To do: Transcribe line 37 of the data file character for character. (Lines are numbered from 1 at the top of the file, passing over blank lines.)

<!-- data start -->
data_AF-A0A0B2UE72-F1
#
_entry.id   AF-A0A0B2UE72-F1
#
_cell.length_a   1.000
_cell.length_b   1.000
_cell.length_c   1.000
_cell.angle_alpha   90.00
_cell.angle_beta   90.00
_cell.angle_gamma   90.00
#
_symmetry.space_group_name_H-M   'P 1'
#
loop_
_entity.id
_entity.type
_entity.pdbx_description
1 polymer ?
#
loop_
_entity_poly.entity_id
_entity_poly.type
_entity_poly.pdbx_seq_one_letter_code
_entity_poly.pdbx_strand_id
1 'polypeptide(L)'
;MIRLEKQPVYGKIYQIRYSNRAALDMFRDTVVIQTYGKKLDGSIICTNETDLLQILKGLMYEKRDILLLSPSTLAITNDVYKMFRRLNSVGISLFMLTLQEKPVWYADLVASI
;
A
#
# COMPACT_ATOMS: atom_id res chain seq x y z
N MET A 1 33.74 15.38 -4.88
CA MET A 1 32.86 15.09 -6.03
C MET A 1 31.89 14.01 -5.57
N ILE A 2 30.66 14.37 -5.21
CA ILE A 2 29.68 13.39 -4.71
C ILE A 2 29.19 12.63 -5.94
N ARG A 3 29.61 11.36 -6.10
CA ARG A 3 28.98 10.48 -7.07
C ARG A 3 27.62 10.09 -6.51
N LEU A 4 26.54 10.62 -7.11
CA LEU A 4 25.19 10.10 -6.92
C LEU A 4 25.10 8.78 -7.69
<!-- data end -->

N ARG A 3 29.61 11.36 -6.10